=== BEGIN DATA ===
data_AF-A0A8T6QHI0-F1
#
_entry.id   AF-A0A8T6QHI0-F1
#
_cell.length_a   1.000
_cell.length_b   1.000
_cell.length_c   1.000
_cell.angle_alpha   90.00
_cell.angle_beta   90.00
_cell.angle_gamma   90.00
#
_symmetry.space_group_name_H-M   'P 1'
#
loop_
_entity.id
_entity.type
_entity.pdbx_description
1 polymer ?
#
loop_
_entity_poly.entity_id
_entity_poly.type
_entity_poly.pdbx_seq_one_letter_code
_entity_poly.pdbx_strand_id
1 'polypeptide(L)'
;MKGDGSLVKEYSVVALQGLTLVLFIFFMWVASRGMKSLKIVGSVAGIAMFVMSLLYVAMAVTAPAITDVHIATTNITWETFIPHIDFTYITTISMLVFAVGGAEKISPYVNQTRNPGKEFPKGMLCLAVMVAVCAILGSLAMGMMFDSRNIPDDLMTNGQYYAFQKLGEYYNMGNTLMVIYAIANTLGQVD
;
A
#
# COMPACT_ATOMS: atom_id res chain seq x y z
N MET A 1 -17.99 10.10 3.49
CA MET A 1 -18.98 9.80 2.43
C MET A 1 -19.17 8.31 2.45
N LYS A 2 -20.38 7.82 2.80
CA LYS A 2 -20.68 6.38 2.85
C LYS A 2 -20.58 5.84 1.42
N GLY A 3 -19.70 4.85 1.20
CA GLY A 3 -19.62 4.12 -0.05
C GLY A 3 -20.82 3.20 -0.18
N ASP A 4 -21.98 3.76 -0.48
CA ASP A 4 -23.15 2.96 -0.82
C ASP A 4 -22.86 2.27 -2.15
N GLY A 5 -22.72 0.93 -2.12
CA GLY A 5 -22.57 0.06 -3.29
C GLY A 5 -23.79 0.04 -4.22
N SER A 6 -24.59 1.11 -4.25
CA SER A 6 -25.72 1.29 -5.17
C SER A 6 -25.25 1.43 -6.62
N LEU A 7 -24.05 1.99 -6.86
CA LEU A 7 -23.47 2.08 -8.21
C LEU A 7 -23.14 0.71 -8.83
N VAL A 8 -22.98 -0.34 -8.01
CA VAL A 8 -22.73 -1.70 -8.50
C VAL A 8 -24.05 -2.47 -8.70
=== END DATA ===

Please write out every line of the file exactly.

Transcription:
data_AF-A0A8T6QHI0-F1
#
_entry.id   AF-A0A8T6QHI0-F1
#
_cell.length_a   1.000
_cell.length_b   1.000
_cell.length_c   1.000
_cell.angle_alpha   90.00
_cell.angle_beta   90.00
_cell.angle_gamma   90.00
#
_symmetry.space_group_name_H-M   'P 1'
#
loop_
_entity.id
_entity.type
_entity.pdbx_description
1 polymer ?
#
loop_
_entity_poly.entity_id
_entity_poly.type
_entity_poly.pdbx_seq_one_letter_code
_entity_poly.pdbx_strand_id
1 'polypeptide(L)'
;MKGDGSLVKEYSVVALQGLTLVLFIFFMWVASRGMKSLKIVGSVAGIAMFVMSLLYVAMAVTAPAITDVHIATTNITWETFIPHIDFTYITTISMLVFAVGGAEKISPYVNQTRNPGKEFPKGMLCLAVMVAVCAILGSLAMGMMFDSRNIPDDLMTNGQYYAFQKLGEYYNMGNTLMVIYAIANTLGQVD
;
A
#
# COMPACT_ATOMS: atom_id res chain seq x y z
N MET A 1 -17.99 10.10 3.49
CA MET A 1 -18.98 9.80 2.43
C MET A 1 -19.17 8.31 2.45
N LYS A 2 -20.38 7.82 2.80
CA LYS A 2 -20.68 6.38 2.85
C LYS A 2 -20.58 5.84 1.42
N GLY A 3 -19.70 4.85 1.20
CA GLY A 3 -19.62 4.12 -0.05
C GLY A 3 -20.82 3.20 -0.18
N ASP A 4 -21.98 3.76 -0.48
CA ASP A 4 -23.15 2.96 -0.82
C ASP A 4 -22.86 2.27 -2.15
N GLY A 5 -22.72 0.93 -2.12
CA GLY A 5 -22.57 0.06 -3.29
C GLY A 5 -23.79 0.04 -4.22
N SER A 6 -24.59 1.11 -4.25
CA SER A 6 -25.72 1.29 -5.17
C SER A 6 -25.25 1.43 -6.62
N LEU A 7 -24.05 1.99 -6.86
CA LEU A 7 -23.47 2.08 -8.21
C LEU A 7 -23.14 0.71 -8.83
N VAL A 8 -22.98 -0.34 -8.01
CA VAL A 8 -22.73 -1.70 -8.50
C VAL A 8 -24.05 -2.47 -8.70